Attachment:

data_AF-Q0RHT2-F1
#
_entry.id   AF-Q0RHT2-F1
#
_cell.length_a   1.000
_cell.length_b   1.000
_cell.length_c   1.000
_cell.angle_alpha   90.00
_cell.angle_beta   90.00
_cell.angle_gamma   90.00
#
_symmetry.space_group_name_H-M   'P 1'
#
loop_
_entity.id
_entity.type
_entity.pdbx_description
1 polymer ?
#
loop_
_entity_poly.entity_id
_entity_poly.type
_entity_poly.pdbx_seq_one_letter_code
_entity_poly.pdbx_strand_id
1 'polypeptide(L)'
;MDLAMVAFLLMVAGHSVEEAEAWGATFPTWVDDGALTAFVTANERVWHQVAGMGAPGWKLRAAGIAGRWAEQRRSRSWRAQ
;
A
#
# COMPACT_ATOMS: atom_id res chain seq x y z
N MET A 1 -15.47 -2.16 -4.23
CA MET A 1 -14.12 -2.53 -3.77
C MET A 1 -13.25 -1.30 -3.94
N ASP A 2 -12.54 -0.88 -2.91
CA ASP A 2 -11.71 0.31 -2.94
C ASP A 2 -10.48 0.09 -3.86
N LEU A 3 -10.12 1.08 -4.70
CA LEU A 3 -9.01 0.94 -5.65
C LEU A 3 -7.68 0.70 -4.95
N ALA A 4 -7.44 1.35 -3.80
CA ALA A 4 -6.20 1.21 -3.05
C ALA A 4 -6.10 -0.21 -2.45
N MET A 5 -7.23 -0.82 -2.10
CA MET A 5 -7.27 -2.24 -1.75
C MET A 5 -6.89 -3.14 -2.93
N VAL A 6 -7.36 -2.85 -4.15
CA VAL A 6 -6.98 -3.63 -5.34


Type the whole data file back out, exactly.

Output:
data_AF-Q0RHT2-F1
#
_entry.id   AF-Q0RHT2-F1
#
_cell.length_a   1.000
_cell.length_b   1.000
_cell.length_c   1.000
_cell.angle_alpha   90.00
_cell.angle_beta   90.00
_cell.angle_gamma   90.00
#
_symmetry.space_group_name_H-M   'P 1'
#
loop_
_entity.id
_entity.type
_entity.pdbx_description
1 polymer ?
#
loop_
_entity_poly.entity_id
_entity_poly.type
_entity_poly.pdbx_seq_one_letter_code
_entity_poly.pdbx_strand_id
1 'polypeptide(L)'
;MDLAMVAFLLMVAGHSVEEAEAWGATFPTWVDDGALTAFVTANERVWHQVAGMGAPGWKLRAAGIAGRWAEQRRSRSWRAQ
;
A
#
# COMPACT_ATOMS: atom_id res chain seq x y z
N MET A 1 -15.47 -2.16 -4.23
CA MET A 1 -14.12 -2.53 -3.77
C MET A 1 -13.25 -1.30 -3.94
N ASP A 2 -12.54 -0.88 -2.91
CA ASP A 2 -11.71 0.31 -2.94
C ASP A 2 -10.48 0.09 -3.86
N LEU A 3 -10.12 1.08 -4.70
CA LEU A 3 -9.01 0.94 -5.65
C LEU A 3 -7.68 0.70 -4.95
N ALA A 4 -7.44 1.35 -3.80
CA ALA A 4 -6.20 1.21 -3.05
C ALA A 4 -6.10 -0.21 -2.45
N MET A 5 -7.23 -0.82 -2.10
CA MET A 5 -7.27 -2.24 -1.75
C MET A 5 -6.89 -3.14 -2.93
N VAL A 6 -7.36 -2.85 -4.15
CA VAL A 6 -6.98 -3.63 -5.34